off the tongue beautifully.

but lyrics are different, because music already has rhythm.

that's what drummers are for.

this means we don't have to be nearly as strict with our poetic meter, but it doesn't mean

we get to stop caring about accents.

whatever melody you're singing, there's going to be emphasized notes and less emphasized

notes, and in my opinion one of the biggest differences between amateur and professional

lyricists is how well they line up those accented notes with the accented syllables of their

lyrics. it's a really big deal: once, in a college, a friend of mine played me a song

they wrote, and the only thing I remember about it is that they said the word "secret"

but put the second syllable on the downbeat.

that stuck with me, and not in a good way.

finally, I know we set aside meaning earlier 'cause it's hard to quantify, but practicing

poetry can help with that, too, or at least it can help with one of the most important

aspects of it: imagery.

being able to evoke emotions and ideas indirectly is crucial.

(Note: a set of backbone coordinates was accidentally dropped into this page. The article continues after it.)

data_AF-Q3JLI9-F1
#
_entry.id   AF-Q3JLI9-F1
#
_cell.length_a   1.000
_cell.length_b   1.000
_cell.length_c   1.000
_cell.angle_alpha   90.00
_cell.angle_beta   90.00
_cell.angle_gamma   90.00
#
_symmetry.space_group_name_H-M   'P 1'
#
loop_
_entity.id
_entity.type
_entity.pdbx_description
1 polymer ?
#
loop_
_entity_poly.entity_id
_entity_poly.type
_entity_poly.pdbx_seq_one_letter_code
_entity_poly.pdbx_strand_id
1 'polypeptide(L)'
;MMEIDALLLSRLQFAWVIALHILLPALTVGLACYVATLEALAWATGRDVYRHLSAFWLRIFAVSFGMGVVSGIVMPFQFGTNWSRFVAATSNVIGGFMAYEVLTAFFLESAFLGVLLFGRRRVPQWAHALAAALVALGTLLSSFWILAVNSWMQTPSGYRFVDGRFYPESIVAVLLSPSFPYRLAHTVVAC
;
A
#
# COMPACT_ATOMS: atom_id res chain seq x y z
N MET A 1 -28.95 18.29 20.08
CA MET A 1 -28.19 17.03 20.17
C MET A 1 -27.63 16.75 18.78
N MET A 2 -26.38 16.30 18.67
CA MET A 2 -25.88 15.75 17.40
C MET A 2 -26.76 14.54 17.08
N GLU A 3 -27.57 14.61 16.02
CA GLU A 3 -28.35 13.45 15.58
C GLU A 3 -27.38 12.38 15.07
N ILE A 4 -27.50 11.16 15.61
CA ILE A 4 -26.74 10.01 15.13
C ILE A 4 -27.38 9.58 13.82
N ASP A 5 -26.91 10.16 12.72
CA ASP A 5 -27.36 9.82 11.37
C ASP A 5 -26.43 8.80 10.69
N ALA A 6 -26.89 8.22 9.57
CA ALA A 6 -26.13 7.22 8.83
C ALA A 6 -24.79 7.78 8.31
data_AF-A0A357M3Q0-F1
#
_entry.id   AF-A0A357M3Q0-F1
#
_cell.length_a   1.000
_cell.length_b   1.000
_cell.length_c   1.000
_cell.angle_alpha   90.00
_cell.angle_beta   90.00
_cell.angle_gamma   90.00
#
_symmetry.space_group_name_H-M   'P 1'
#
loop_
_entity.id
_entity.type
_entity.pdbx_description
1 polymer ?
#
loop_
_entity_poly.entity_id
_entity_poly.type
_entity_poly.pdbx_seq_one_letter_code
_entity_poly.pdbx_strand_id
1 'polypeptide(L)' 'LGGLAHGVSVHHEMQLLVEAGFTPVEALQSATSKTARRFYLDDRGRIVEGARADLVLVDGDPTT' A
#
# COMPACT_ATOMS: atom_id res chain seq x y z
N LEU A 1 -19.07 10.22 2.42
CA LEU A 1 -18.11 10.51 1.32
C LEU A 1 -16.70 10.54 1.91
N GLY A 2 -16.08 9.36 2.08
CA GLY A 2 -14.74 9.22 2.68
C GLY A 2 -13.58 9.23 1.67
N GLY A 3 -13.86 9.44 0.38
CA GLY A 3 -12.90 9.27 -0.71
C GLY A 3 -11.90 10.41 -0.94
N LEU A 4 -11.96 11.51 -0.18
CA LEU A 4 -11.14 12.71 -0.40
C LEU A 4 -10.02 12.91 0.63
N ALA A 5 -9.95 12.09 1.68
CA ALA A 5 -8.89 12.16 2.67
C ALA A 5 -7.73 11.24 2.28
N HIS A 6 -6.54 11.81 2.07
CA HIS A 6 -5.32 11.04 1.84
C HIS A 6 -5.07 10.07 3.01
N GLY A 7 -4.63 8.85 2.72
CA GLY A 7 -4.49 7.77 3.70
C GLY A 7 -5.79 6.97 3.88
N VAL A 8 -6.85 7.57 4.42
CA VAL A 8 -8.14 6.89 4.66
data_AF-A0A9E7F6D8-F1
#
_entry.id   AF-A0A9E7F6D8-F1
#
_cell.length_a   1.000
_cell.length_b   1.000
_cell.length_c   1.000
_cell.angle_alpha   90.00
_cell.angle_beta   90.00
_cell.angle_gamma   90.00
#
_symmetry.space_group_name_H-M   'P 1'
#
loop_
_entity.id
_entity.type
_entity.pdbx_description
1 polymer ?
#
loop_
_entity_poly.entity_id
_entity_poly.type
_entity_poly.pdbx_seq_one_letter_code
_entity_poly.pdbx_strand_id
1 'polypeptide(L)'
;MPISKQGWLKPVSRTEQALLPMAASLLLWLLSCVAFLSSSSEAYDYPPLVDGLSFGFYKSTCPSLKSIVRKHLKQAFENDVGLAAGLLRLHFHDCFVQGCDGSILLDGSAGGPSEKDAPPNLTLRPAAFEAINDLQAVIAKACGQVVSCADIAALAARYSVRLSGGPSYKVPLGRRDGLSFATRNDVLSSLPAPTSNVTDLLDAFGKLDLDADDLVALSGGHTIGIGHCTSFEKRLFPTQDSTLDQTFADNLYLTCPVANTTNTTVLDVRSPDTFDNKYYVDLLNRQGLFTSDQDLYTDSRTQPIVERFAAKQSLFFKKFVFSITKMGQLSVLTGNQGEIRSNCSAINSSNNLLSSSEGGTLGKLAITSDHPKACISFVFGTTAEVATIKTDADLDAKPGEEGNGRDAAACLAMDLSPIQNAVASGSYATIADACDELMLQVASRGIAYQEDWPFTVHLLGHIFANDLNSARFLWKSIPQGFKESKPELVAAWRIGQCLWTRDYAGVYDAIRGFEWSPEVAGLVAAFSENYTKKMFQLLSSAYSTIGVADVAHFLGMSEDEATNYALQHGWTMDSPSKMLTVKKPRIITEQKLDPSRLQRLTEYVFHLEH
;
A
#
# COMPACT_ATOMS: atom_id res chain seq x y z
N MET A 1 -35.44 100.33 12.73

for instance, Ben E. King could've sung "when we're scared", but instead he went with "when

the night is cold and the land is dark, and the moon is the only light we'll see," and

I think most people would agree that that's way better.

poetry, again, strips away a lot of the other tools that music has to make people feel things,

forcing you to invest as much emotional resonance as possible into the actual words you're using.

plus, if you follow the forms we talked about earlier, it kinda just becomes a lot harder

to use the same line over and over.

after all, there's only so many words that rhyme with "sad".

so yeah, poetry's awesome, but how do you get started?

well, I'd start by finding something to write about.

something you have an emotional attachment to, like a loved one, a hobby, or a treasured

object.

it can be anything you want, just make sure it means something to you.

then you just… write a poem about it.

if you need some more guidance, I recommend writing a sonnet: they're a bit old-fashioned

but they've got a great structure for practicing a lot of the stuff we mentioned earlier.

we did a whole video on sonnets a while back, so if you want to know how they work, there's

a link in the description.

all in all, the conclusion here is probably fairly obvious: the more time you spend playing

with language, the better you'll get at it.

poetry is like the pure, distilled form of lyricism, and writing poems is like doing

isolation training at the gym, which I assume is a thing people do at gyms. there's no formula

for great lyrics, anyone who says differently is selling something.

but if you want to get better, probably the best thing to do is just write some poems.

plus, if they're any good you can just set them to music later and boom, free lyrics.

it's really that easy.